# I have an oak tree in my yard I need to cut down; the ideal direction to fall it in is toward my workshop. The shortest distance measured from the base of the tree to the shop is 78 feet. I need to...

I have an oak tree in my yard I need to cut down; the ideal direction to fall it in is toward my workshop. The shortest distance measured from the base of the tree to the shop is 78 feet. I need to determine the height of the tree, I have a transit I can use to optically determine angles.

If I set up my transit 100 feet from the base of the tree,  what would be the maximum angle  in degrees that would tell me that the tree is too tall to fall in the direction desired

Asked on by hotmamma18

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tjbrewer | Elementary School Teacher | (Level 2) Associate Educator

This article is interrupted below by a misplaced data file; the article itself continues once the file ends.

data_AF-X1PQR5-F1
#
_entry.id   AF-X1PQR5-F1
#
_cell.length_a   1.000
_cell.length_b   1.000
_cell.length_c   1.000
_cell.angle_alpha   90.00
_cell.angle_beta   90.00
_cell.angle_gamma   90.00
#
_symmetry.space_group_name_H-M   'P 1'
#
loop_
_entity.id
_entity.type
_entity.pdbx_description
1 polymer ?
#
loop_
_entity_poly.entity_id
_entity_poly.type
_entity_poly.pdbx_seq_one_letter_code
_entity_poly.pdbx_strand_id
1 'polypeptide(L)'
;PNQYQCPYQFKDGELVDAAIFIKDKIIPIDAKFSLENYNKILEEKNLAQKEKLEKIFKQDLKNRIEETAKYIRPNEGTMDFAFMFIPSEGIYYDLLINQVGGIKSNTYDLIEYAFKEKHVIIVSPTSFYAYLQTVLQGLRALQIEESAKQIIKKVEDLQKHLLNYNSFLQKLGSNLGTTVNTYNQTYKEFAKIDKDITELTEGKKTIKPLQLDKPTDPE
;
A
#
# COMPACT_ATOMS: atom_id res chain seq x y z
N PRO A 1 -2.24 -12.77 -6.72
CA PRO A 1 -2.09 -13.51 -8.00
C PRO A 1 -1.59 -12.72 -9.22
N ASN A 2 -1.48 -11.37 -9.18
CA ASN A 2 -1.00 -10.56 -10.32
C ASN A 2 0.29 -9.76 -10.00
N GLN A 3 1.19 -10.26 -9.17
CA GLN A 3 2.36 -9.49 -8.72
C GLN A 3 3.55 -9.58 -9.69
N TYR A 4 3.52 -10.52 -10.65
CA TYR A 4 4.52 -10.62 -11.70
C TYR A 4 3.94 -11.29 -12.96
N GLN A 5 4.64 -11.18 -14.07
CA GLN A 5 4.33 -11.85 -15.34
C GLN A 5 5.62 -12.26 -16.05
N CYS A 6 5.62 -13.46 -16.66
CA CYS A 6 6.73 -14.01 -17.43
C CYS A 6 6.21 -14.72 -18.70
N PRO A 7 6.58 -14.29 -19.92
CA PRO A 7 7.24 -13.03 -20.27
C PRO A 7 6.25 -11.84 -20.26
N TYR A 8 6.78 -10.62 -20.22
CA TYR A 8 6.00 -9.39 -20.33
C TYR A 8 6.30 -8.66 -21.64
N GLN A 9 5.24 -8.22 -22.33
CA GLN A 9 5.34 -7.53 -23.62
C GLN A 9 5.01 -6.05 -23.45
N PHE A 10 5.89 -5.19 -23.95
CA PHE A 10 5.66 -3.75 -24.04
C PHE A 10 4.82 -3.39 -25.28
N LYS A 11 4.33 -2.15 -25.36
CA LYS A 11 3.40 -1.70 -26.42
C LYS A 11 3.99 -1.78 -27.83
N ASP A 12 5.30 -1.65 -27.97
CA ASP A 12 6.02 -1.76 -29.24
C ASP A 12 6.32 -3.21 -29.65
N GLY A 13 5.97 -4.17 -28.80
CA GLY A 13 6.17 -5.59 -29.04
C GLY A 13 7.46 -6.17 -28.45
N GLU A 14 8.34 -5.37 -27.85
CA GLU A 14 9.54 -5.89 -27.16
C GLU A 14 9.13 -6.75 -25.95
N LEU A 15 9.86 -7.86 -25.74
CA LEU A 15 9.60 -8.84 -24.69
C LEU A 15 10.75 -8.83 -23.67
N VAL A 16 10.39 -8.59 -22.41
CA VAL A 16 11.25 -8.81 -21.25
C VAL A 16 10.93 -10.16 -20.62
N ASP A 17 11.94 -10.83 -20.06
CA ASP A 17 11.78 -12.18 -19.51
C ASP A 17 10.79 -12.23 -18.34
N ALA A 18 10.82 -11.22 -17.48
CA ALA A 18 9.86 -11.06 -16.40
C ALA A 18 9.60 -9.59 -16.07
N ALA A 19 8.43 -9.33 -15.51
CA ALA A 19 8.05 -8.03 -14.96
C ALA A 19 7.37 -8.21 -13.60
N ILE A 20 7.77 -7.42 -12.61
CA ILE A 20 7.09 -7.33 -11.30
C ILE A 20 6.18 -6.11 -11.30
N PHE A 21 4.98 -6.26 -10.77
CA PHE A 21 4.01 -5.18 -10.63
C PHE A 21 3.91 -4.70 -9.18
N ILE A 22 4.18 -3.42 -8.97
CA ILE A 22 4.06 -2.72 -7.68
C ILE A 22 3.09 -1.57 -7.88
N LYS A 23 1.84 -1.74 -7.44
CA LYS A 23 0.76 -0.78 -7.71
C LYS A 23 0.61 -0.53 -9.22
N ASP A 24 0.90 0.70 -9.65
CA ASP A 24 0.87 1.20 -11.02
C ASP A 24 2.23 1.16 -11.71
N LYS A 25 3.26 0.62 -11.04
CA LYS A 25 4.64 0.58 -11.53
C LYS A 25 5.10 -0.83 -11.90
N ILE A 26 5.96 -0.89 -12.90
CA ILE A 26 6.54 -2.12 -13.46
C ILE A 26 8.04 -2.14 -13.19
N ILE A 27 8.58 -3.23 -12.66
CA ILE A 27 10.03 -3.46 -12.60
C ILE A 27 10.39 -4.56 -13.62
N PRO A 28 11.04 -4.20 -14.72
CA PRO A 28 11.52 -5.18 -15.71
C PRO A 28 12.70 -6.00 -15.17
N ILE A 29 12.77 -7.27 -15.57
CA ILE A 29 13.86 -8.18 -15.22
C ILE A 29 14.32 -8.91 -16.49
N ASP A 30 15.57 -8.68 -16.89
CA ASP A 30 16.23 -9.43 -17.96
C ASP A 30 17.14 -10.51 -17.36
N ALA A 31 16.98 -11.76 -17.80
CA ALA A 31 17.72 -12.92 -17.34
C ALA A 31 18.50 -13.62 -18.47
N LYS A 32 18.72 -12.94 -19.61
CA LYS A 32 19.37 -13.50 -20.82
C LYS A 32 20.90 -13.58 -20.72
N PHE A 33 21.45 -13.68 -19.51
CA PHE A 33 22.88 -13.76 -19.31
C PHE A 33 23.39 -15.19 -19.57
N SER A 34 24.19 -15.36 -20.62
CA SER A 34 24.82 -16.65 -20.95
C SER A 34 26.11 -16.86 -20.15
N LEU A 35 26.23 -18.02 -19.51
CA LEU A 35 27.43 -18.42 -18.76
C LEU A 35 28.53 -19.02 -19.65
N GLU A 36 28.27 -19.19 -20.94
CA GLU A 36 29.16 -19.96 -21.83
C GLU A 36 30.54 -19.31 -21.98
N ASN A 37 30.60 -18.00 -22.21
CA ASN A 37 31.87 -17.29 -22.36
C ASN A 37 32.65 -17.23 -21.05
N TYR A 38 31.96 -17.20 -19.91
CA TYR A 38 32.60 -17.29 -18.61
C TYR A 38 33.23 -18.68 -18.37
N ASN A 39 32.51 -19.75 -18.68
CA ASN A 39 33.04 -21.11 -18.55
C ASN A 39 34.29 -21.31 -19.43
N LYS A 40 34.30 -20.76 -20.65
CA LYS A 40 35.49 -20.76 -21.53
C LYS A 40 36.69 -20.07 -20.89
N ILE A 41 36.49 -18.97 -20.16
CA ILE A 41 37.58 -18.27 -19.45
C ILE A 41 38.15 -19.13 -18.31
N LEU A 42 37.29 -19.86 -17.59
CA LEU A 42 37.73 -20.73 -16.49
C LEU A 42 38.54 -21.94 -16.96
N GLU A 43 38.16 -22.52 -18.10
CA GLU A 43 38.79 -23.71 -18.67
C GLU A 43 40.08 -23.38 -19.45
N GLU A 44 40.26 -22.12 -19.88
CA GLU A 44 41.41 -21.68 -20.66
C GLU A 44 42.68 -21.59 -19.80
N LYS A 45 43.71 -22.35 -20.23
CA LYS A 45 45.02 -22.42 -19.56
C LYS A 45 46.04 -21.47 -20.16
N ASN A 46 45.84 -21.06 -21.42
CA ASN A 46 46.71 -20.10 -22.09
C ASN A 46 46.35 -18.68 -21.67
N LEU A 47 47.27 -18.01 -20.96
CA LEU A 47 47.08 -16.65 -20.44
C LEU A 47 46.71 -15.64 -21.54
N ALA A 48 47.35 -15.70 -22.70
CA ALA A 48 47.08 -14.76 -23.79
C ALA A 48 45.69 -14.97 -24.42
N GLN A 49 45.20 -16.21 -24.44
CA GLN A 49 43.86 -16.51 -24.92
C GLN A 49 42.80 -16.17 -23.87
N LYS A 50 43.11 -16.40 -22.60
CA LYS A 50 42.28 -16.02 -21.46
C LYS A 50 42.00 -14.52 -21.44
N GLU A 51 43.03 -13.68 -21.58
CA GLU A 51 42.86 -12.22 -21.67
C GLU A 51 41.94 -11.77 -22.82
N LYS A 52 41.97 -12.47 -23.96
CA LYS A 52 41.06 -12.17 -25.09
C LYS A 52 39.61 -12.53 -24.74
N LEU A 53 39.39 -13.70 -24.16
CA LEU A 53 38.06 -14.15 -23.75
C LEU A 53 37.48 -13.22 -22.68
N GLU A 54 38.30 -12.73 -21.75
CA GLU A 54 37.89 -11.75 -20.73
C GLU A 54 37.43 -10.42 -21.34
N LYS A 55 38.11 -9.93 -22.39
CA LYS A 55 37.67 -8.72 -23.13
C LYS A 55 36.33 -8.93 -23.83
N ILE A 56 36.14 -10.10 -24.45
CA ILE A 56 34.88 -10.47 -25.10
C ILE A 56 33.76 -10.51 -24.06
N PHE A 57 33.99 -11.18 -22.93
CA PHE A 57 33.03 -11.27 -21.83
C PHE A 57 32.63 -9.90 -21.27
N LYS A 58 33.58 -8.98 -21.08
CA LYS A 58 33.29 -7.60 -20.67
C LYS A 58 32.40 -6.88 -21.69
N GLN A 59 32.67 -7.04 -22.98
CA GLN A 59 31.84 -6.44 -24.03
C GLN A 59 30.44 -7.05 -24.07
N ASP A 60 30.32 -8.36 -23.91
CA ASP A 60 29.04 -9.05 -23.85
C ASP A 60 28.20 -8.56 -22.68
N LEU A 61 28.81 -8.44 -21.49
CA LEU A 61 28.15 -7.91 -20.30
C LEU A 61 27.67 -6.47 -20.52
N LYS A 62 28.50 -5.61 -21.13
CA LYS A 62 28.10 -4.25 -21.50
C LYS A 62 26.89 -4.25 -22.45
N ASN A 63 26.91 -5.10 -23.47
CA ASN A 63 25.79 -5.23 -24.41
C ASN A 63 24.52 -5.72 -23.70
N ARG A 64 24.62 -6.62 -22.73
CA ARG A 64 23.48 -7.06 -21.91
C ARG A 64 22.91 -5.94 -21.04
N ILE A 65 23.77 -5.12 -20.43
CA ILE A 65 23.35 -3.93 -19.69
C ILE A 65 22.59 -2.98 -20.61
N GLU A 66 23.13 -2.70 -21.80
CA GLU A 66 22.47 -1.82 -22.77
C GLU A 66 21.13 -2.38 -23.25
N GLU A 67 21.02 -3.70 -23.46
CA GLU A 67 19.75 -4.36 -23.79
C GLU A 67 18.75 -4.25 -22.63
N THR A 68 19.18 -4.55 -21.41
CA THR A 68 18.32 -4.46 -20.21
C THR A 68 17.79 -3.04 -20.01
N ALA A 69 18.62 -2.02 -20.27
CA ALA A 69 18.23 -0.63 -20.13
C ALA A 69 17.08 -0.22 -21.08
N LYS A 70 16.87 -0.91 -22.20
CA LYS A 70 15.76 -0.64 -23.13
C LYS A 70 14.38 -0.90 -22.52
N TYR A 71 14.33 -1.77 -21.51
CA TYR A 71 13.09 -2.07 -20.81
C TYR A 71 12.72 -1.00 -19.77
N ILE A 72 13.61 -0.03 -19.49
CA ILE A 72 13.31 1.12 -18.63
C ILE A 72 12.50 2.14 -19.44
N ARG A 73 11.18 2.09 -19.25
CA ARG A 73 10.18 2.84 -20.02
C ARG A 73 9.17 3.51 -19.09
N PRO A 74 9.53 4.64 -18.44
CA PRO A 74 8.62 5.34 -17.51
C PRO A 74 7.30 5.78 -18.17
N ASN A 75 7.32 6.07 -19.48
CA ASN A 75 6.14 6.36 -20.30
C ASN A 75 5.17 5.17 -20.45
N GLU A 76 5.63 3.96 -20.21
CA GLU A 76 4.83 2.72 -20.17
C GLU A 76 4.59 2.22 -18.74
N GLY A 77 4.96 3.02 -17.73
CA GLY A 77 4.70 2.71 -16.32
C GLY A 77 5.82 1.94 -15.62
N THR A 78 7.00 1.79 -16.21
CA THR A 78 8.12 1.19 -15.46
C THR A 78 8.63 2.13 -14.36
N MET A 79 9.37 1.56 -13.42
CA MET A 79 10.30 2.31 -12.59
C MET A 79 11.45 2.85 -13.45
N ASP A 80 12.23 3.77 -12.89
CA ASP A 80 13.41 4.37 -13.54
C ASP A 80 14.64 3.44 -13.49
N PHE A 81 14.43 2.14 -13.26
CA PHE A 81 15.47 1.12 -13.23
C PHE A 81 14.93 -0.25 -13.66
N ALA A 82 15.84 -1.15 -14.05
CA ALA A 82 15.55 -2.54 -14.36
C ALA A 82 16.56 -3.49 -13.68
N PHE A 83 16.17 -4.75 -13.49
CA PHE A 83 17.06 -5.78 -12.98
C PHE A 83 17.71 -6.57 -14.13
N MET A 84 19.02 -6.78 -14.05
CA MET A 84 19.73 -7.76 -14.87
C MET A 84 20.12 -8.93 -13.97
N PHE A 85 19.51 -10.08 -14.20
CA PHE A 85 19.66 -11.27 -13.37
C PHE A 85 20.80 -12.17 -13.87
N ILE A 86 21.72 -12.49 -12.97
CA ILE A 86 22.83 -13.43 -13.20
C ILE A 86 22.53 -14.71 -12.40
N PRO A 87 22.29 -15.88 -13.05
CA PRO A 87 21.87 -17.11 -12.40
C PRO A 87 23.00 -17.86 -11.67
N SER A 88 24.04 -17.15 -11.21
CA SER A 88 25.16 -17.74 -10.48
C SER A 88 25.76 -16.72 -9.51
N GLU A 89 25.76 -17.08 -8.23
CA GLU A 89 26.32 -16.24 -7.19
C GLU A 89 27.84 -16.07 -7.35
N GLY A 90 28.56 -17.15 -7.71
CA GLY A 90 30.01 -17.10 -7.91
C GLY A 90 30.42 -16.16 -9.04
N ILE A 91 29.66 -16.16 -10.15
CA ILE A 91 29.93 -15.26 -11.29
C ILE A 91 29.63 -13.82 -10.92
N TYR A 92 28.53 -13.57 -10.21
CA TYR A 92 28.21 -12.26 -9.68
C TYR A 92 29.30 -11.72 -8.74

Posted on

The ground from the tree to the shop is the base of a right triangle, the tree is the height of the right triangle, and the line of sight through your transit is the hypotenuse of the triangle.  That puts the angle measured by your transit as the angle of the base and the hypotenuse.  The adjacent side of that angle is the base and the opposite side is the Height of the tree.

The tangent of an angle in a right triangle is `(opposite)/(adjacent)` or in this case `(Height of the tree)/(distance to the transit)` If you place the transit 100 feet from the tree`` the tangent of the angle will be `x/100` and we only have 78 feet between the tree and the shop.  So we don't want the tangent to exceed `78/100` We find `Arctan (78/100) ~~ 37.95` So to be safe, you don't want the transit to record an angle in excess of 37 degrees.

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